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I never guessed that watching and walking could get me in so much trouble

 

As writers we work hard to perfect our craft. We work long hours in front of the computer. Scribbling on dozens of legal pads, paper napkins and whatever is available when we get a great story idea pop in our head.

We struggle with verbs, comma’s, formatting and glitches that our word program likes to throw at us. After hours agonizing over our baby we finally get to the point where we can type “The End”.

We celebrate our accomplishment and after editing, and re-reading we are finally done, ready to send it off. Or so I thought mine was.  When I got my first publishing contract I was delirious. This was it, I was a writer and my book would be in stores soon. Then the editing started. My editing rounds have been pretty smooth, so far. But I was amazed at how much trouble, and how much work, watching and walking have caused me.

We all know the number one thing that will ruin a story is too much telling and not enough showing.

My descriptive self.  : )

I took the workshops and had a pretty good understanding but those two little words made their way back into my story. In a 281 page novel that’s a lot of walking and watching.  So I am now in the process of fixing my telling. Have you ever had a word, or two that crept into your story making your editing a nightmare? Let’s make a list, I’ll start.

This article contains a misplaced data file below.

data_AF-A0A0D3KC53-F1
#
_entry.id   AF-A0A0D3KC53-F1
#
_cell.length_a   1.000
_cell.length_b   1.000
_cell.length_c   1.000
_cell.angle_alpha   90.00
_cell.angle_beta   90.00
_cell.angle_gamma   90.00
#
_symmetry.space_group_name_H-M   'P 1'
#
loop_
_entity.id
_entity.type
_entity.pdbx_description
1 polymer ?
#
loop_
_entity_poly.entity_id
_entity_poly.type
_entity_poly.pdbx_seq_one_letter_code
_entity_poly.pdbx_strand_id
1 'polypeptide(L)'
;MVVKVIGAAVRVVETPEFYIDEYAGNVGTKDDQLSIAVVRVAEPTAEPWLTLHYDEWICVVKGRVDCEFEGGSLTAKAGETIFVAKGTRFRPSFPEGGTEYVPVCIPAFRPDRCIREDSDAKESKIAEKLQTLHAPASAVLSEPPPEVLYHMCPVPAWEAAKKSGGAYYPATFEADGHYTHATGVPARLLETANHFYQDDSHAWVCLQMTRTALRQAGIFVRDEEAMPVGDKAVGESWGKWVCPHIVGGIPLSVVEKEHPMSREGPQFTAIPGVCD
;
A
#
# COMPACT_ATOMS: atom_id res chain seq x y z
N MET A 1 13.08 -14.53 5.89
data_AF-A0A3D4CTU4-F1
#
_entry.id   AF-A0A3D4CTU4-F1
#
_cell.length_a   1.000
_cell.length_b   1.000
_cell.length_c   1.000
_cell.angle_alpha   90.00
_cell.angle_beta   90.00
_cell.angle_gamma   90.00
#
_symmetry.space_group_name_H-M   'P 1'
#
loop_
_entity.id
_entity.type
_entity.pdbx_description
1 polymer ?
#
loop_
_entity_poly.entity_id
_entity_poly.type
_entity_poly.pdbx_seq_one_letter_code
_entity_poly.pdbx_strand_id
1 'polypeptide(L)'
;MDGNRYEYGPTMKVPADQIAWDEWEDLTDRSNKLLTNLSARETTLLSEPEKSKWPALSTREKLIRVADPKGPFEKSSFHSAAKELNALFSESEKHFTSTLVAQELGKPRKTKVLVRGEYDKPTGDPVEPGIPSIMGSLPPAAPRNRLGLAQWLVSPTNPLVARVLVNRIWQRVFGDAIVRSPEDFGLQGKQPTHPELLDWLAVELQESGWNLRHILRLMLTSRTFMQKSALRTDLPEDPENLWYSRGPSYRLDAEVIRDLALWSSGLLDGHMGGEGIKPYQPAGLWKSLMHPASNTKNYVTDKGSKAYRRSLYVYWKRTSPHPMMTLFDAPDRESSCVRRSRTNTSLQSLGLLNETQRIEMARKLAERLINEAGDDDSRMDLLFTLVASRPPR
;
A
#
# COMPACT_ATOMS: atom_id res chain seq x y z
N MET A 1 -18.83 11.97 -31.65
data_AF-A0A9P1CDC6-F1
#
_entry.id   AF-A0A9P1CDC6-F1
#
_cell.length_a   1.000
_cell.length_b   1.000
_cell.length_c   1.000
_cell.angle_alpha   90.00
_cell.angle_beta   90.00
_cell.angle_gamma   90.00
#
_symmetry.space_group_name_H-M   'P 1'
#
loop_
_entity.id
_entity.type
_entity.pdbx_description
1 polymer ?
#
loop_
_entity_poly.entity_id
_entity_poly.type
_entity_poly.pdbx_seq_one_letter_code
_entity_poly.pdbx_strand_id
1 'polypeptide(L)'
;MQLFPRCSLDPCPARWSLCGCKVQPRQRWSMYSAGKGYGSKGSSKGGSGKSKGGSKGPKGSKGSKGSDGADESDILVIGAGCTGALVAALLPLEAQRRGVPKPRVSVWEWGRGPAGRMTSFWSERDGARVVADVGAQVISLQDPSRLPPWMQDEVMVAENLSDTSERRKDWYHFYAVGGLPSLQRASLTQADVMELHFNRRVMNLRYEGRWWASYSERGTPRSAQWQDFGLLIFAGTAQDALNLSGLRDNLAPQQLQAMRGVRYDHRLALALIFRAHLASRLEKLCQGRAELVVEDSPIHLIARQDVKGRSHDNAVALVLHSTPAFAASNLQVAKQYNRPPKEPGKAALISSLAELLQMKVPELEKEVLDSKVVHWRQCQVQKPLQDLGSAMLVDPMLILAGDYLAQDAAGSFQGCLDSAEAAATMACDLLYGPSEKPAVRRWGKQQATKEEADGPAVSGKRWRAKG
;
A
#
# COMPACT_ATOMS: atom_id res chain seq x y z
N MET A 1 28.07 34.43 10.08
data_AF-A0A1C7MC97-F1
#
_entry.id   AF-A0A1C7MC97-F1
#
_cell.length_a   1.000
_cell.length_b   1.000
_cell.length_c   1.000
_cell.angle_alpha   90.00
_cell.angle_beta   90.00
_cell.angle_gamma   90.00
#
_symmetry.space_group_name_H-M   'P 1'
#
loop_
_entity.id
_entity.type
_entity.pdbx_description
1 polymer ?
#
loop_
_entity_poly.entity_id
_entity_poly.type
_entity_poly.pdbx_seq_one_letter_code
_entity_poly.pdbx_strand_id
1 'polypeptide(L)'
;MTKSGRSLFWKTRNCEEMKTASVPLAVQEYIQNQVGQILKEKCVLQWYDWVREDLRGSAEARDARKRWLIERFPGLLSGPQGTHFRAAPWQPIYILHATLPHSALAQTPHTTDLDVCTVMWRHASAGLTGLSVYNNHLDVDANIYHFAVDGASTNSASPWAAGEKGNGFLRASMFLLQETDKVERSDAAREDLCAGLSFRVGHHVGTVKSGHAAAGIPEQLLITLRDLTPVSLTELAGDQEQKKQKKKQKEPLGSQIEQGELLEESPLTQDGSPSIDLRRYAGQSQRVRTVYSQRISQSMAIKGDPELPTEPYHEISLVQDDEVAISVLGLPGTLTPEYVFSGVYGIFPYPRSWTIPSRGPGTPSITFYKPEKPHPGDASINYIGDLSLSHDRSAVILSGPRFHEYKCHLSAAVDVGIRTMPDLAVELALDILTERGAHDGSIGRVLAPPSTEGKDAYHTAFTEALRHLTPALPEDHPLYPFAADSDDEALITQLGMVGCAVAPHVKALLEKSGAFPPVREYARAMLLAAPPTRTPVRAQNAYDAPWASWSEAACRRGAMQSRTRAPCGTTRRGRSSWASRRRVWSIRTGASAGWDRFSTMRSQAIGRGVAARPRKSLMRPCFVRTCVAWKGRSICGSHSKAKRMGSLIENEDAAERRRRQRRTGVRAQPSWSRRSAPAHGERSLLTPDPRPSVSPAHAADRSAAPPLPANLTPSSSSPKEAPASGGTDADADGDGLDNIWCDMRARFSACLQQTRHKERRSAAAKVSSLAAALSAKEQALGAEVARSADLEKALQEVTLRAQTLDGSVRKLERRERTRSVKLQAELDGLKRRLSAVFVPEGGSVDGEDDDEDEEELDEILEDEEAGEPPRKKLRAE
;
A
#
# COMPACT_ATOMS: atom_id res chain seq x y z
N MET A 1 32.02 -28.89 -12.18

1. 1.       Watching
  2. 2.     Walking

So what will number three be?

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6 thoughts on “I never guessed that watching and walking could get me in so much trouble

  1. I think “knowing” would be a pet peeve of mine. My number one issue in edits, however, is the comma. Apparently I like them far too much. Great post!

  2. “that” A simple, harmless little word, right? Wrong! It’s an insidious monster, that (eek, there it is again!)creeps up on the unsuspecting. My first novel was 106 K. I believe 6000 of those words were “that.” I kid you not! The manuscript latter became two full length novels in what would be a series, sans “that” of course. Thank God for critique partners and AutoCrit. The publisher never knew that the thats had been removed from that piece of literary magnificence.

  3. I have to agree with all of you. Comma’s and I still have issues and that word does creep in, even when you think you checked every little sentence. That’s why I would be lost without my critique partners. : )

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